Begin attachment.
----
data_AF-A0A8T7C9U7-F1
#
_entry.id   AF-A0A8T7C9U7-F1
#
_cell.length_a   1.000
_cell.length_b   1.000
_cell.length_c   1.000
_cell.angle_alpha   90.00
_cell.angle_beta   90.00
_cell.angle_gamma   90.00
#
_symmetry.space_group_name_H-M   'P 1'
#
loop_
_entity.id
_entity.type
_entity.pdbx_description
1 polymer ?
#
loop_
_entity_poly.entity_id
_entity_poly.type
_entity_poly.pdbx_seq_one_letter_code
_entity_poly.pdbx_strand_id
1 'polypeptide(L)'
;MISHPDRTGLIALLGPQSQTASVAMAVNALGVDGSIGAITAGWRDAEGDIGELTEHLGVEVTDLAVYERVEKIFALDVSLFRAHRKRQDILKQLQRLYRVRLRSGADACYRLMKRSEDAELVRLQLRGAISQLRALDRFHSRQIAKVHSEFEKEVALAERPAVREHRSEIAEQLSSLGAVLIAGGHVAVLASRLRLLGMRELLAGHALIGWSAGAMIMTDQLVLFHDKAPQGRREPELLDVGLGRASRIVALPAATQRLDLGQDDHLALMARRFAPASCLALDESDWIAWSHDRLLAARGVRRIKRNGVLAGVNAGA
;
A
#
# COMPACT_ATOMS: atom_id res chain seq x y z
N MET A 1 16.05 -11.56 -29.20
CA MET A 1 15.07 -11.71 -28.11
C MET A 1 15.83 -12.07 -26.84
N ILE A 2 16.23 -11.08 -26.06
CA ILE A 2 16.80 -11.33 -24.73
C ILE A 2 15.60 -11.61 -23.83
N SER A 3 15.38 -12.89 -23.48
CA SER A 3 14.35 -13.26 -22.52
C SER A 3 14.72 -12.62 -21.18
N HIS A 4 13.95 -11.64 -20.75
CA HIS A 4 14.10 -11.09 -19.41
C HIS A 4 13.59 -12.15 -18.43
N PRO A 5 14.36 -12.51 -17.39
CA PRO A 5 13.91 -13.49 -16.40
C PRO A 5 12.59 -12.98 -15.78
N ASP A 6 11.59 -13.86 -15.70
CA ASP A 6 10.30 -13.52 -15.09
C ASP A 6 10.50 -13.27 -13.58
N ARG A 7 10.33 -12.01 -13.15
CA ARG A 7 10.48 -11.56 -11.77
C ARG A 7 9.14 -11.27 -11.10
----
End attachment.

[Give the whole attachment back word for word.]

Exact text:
data_AF-A0A8T7C9U7-F1
#
_entry.id   AF-A0A8T7C9U7-F1
#
_cell.length_a   1.000
_cell.length_b   1.000
_cell.length_c   1.000
_cell.angle_alpha   90.00
_cell.angle_beta   90.00
_cell.angle_gamma   90.00
#
_symmetry.space_group_name_H-M   'P 1'
#
loop_
_entity.id
_entity.type
_entity.pdbx_description
1 polymer ?
#
loop_
_entity_poly.entity_id
_entity_poly.type
_entity_poly.pdbx_seq_one_letter_code
_entity_poly.pdbx_strand_id
1 'polypeptide(L)'
;MISHPDRTGLIALLGPQSQTASVAMAVNALGVDGSIGAITAGWRDAEGDIGELTEHLGVEVTDLAVYERVEKIFALDVSLFRAHRKRQDILKQLQRLYRVRLRSGADACYRLMKRSEDAELVRLQLRGAISQLRALDRFHSRQIAKVHSEFEKEVALAERPAVREHRSEIAEQLSSLGAVLIAGGHVAVLASRLRLLGMRELLAGHALIGWSAGAMIMTDQLVLFHDKAPQGRREPELLDVGLGRASRIVALPAATQRLDLGQDDHLALMARRFAPASCLALDESDWIAWSHDRLLAARGVRRIKRNGVLAGVNAGA
;
A
#
# COMPACT_ATOMS: atom_id res chain seq x y z
N MET A 1 16.05 -11.56 -29.20
CA MET A 1 15.07 -11.71 -28.11
C MET A 1 15.83 -12.07 -26.84
N ILE A 2 16.23 -11.08 -26.06
CA ILE A 2 16.80 -11.33 -24.73
C ILE A 2 15.60 -11.61 -23.83
N SER A 3 15.38 -12.89 -23.48
CA SER A 3 14.35 -13.26 -22.52
C SER A 3 14.72 -12.62 -21.18
N HIS A 4 13.95 -11.64 -20.75
CA HIS A 4 14.10 -11.09 -19.41
C HIS A 4 13.59 -12.15 -18.43
N PRO A 5 14.36 -12.51 -17.39
CA PRO A 5 13.91 -13.49 -16.40
C PRO A 5 12.59 -12.98 -15.78
N ASP A 6 11.59 -13.86 -15.70
CA ASP A 6 10.30 -13.52 -15.09
C ASP A 6 10.50 -13.27 -13.58
N ARG A 7 10.33 -12.01 -13.15
CA ARG A 7 10.48 -11.56 -11.77
C ARG A 7 9.14 -11.27 -11.10